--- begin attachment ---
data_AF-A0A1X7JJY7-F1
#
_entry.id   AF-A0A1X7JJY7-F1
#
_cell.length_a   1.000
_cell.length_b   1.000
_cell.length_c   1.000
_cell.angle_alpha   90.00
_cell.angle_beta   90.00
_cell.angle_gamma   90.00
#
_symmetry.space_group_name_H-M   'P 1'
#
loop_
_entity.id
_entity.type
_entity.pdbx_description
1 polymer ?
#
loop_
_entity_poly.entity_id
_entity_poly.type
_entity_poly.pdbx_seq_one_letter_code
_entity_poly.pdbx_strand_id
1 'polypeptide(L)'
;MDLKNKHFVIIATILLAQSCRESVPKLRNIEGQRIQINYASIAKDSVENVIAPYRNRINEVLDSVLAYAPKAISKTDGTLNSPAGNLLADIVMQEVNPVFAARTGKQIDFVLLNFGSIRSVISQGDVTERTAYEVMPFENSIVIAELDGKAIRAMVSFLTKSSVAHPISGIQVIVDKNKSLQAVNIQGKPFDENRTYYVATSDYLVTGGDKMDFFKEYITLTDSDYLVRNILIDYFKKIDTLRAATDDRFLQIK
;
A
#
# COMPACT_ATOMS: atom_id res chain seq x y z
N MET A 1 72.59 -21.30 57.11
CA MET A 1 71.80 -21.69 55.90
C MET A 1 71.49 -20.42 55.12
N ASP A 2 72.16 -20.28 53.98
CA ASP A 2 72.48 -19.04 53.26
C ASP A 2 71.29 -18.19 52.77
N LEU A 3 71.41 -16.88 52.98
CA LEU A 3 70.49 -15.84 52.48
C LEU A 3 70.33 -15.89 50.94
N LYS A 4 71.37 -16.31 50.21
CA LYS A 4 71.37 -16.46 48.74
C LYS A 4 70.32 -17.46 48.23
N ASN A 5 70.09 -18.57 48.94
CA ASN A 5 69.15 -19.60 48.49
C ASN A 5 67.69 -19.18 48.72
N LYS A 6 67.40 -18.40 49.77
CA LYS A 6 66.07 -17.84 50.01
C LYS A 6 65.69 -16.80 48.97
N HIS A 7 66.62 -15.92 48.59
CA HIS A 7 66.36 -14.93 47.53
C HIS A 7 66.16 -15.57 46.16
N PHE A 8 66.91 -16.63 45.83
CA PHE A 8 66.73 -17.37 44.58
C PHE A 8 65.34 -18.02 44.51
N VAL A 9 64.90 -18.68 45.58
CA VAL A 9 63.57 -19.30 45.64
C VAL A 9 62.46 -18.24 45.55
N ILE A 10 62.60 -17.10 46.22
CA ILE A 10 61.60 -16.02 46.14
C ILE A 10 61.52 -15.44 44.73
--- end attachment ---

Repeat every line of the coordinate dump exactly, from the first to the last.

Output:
data_AF-A0A1X7JJY7-F1
#
_entry.id   AF-A0A1X7JJY7-F1
#
_cell.length_a   1.000
_cell.length_b   1.000
_cell.length_c   1.000
_cell.angle_alpha   90.00
_cell.angle_beta   90.00
_cell.angle_gamma   90.00
#
_symmetry.space_group_name_H-M   'P 1'
#
loop_
_entity.id
_entity.type
_entity.pdbx_description
1 polymer ?
#
loop_
_entity_poly.entity_id
_entity_poly.type
_entity_poly.pdbx_seq_one_letter_code
_entity_poly.pdbx_strand_id
1 'polypeptide(L)'
;MDLKNKHFVIIATILLAQSCRESVPKLRNIEGQRIQINYASIAKDSVENVIAPYRNRINEVLDSVLAYAPKAISKTDGTLNSPAGNLLADIVMQEVNPVFAARTGKQIDFVLLNFGSIRSVISQGDVTERTAYEVMPFENSIVIAELDGKAIRAMVSFLTKSSVAHPISGIQVIVDKNKSLQAVNIQGKPFDENRTYYVATSDYLVTGGDKMDFFKEYITLTDSDYLVRNILIDYFKKIDTLRAATDDRFLQIK
;
A
#
# COMPACT_ATOMS: atom_id res chain seq x y z
N MET A 1 72.59 -21.30 57.11
CA MET A 1 71.80 -21.69 55.90
C MET A 1 71.49 -20.42 55.12
N ASP A 2 72.16 -20.28 53.98
CA ASP A 2 72.48 -19.04 53.26
C ASP A 2 71.29 -18.19 52.77
N LEU A 3 71.41 -16.88 52.98
CA LEU A 3 70.49 -15.84 52.48
C LEU A 3 70.33 -15.89 50.94
N LYS A 4 71.37 -16.31 50.21
CA LYS A 4 71.37 -16.46 48.74
C LYS A 4 70.32 -17.46 48.23
N ASN A 5 70.09 -18.57 48.94
CA ASN A 5 69.15 -19.60 48.49
C ASN A 5 67.69 -19.18 48.72
N LYS A 6 67.40 -18.40 49.77
CA LYS A 6 66.07 -17.84 50.01
C LYS A 6 65.69 -16.80 48.97
N HIS A 7 66.62 -15.92 48.59
CA HIS A 7 66.36 -14.93 47.53
C HIS A 7 66.16 -15.57 46.16
N PHE A 8 66.91 -16.63 45.83
CA PHE A 8 66.73 -17.37 44.58
C PHE A 8 65.34 -18.02 44.51
N VAL A 9 64.90 -18.68 45.58
CA VAL A 9 63.57 -19.30 45.64
C VAL A 9 62.46 -18.24 45.55
N ILE A 10 62.60 -17.10 46.22
CA ILE A 10 61.60 -16.02 46.14
C ILE A 10 61.52 -15.44 44.73